How To Winterize Your Well's Plumbing

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Do you remember the last time you started paying more attention to your home plumbing? It isn't always easy to tackle plumbing problems on your own, which is why I started focusing more and more on working with someone who knew what they were doing. It was really interesting to see how much of a difference it made to me to have a pro come in and take care of the job, and within a few short weeks, things had been completely taken care of. This blog is all about plumbing for sanitation purposes to streamline your life. Check it out!

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How To Winterize Your Well's Plumbing

6 October 2017
 Categories: , Blog


During the winter months, freezing temperatures can wreak havoc with your home's plumbing, especially if you have a well system. Frozen water can cause your well's pumps to burst and can render your pump useless, leaving you and your family without water in the dead of winter suddenly and without any notice. Thankfully, there are a few things that you can do to ensure that your home's well water supply stays flowing even when there's snow on the ground.

Insulate the Pipes

The best way to ensure that your plumbing does not become frozen and leaks don't develop during the winter months is to install plumbing insulation around the pipes. Plumbing insulation can be found at most hardware stores. All you have to do is cut it to the length of your exposed plumbing and secure it in place using the adhesives that are attached to the interior of the insulation: you can do this in a matter of minutes with a utility knife.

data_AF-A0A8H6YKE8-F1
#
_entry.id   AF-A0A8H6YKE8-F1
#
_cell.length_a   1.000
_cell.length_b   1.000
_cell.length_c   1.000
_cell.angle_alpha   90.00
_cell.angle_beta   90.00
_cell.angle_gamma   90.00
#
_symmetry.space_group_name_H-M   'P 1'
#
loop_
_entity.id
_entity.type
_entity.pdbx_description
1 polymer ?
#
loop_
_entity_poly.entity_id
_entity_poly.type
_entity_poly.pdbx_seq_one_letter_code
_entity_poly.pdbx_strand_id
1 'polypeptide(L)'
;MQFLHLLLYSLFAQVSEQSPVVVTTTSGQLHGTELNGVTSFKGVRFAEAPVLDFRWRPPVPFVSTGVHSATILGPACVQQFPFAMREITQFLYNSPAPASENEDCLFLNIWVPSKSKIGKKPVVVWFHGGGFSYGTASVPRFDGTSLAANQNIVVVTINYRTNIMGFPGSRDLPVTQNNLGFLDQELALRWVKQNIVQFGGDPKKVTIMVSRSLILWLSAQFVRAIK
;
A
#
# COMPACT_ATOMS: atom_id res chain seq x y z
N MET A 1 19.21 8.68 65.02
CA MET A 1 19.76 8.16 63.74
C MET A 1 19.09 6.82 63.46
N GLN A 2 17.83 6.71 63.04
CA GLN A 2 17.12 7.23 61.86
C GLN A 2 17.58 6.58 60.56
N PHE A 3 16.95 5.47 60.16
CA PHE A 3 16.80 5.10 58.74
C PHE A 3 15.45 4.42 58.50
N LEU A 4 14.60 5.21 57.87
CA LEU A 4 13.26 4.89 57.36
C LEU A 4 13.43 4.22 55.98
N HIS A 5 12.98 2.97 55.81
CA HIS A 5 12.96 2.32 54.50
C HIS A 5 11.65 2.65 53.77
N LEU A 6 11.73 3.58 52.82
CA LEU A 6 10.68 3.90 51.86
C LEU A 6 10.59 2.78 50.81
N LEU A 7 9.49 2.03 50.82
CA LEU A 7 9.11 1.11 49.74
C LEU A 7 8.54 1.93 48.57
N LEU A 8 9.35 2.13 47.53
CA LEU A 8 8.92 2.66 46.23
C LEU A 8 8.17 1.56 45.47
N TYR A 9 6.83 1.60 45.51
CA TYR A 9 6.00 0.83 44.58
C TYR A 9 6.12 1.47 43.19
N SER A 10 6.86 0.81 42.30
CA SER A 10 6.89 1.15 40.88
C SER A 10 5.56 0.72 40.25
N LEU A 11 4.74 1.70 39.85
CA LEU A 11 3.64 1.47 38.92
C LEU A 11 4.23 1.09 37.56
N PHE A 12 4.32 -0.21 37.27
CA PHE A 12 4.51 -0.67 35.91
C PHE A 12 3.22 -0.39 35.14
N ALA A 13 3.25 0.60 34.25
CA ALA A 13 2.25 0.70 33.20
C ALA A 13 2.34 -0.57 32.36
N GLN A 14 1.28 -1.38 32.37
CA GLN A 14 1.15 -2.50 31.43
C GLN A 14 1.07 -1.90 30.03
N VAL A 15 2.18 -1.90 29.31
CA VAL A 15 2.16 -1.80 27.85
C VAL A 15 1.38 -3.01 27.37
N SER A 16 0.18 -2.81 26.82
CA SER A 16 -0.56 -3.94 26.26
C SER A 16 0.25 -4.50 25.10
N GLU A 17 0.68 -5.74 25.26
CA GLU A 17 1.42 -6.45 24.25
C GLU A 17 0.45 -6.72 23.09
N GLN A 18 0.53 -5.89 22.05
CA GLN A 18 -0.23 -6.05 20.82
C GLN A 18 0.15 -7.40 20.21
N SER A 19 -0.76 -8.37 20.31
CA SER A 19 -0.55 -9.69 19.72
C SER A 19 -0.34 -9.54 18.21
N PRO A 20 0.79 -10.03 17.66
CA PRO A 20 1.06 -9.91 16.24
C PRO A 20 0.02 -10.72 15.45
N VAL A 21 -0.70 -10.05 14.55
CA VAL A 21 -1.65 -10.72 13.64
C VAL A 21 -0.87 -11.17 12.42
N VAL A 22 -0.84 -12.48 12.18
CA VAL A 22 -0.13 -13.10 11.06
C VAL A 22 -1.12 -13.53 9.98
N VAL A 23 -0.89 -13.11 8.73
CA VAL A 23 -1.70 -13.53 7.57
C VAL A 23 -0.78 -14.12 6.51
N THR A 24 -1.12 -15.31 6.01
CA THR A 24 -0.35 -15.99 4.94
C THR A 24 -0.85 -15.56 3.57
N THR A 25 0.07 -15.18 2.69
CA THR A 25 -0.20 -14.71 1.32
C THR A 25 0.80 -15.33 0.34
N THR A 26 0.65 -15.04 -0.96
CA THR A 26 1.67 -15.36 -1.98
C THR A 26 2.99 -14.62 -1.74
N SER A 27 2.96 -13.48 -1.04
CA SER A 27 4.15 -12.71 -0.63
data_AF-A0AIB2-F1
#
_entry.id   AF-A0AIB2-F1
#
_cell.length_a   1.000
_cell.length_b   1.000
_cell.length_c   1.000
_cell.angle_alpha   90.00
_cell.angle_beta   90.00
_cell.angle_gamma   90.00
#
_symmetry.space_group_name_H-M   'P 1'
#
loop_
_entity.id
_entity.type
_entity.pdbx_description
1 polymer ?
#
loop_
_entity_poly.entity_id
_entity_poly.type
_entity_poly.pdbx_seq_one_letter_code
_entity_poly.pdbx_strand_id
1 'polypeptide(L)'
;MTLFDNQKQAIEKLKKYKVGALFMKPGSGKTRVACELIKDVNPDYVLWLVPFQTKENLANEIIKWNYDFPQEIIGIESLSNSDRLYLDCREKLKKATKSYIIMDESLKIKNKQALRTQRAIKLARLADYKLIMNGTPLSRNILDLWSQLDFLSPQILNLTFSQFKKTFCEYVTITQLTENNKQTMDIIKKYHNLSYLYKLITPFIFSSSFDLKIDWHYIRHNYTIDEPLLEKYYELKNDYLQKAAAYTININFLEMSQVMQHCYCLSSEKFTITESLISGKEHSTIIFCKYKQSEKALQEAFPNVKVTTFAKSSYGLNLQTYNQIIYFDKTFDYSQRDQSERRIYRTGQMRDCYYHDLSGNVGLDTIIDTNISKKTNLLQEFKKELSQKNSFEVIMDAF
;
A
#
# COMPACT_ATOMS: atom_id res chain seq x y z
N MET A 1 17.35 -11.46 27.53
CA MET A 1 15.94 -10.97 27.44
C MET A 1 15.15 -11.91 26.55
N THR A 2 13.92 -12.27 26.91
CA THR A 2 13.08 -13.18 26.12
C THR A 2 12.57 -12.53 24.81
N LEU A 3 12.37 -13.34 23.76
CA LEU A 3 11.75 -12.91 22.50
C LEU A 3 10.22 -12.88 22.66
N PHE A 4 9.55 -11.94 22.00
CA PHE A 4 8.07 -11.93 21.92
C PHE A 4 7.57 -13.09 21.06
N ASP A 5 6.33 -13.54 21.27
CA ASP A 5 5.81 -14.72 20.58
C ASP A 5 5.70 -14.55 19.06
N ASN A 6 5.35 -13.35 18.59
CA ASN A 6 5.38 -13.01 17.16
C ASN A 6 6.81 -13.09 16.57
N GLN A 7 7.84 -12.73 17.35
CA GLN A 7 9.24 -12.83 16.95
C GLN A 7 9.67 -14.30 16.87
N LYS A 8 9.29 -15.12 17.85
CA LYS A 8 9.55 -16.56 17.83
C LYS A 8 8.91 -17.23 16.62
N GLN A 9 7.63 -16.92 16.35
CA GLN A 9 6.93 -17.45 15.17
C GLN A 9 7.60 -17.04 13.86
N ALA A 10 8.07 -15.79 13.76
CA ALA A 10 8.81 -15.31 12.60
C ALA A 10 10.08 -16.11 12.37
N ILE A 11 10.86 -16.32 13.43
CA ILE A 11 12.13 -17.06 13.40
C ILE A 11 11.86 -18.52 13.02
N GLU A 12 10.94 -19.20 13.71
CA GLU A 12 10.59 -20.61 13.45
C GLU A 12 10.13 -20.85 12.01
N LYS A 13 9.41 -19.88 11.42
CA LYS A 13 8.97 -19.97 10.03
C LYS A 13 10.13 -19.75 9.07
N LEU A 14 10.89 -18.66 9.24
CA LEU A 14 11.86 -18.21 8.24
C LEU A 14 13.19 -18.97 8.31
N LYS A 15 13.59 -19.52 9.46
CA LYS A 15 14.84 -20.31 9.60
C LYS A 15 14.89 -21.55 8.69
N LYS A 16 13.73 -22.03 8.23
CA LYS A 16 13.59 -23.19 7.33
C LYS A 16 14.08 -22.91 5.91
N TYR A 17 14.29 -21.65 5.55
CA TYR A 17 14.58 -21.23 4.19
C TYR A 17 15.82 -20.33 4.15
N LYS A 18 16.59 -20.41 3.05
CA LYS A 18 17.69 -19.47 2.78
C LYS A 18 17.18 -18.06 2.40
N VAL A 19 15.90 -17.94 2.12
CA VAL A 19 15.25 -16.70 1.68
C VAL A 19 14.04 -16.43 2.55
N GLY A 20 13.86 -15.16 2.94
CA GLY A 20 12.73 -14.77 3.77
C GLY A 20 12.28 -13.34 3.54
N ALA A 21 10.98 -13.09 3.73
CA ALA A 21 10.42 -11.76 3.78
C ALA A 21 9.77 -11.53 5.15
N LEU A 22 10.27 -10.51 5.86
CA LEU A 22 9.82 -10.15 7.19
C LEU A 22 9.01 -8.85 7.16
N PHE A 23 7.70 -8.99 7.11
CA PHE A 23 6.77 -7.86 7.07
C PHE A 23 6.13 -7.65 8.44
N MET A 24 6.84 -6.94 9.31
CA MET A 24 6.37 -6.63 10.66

Pump House Insulation

Your well pump is usually installed either in a shed on your property, or some other small housing unit that protects it from the elements. Before the winter weather actually sets in, you should check the integrity of the house to ensure that there are no gaps in the windows and doors. If you haven't already, you may want to install insulation in the walls and ceiling of the pump house (or replace old insulation) in order to keep the pump warm and the water flowing.

Pump House Heating

Beyond simply installing insulation and ensuring that there are no leaks in the structure of the pump house, you may want to consider installing a space heater in the pump house. This is really only relevant if you suffer from extremely intense winter temperatures, which can cause freezing regardless of the amount of insulation that you have installed around you plumbing and pump. While space heaters can represent an added long run cost in terms of monthly energy bills, it's well worth the alternative of having to deal with a burst pipe or a damaged pump in the middle of the winter. However, be careful when setting up a space heater of the risk of fire: you'll want to keep flammable materials away from the heating element, and keep the temperature turned to a moderate degree (no need for summer weather in the pump house – just keep it above freezing).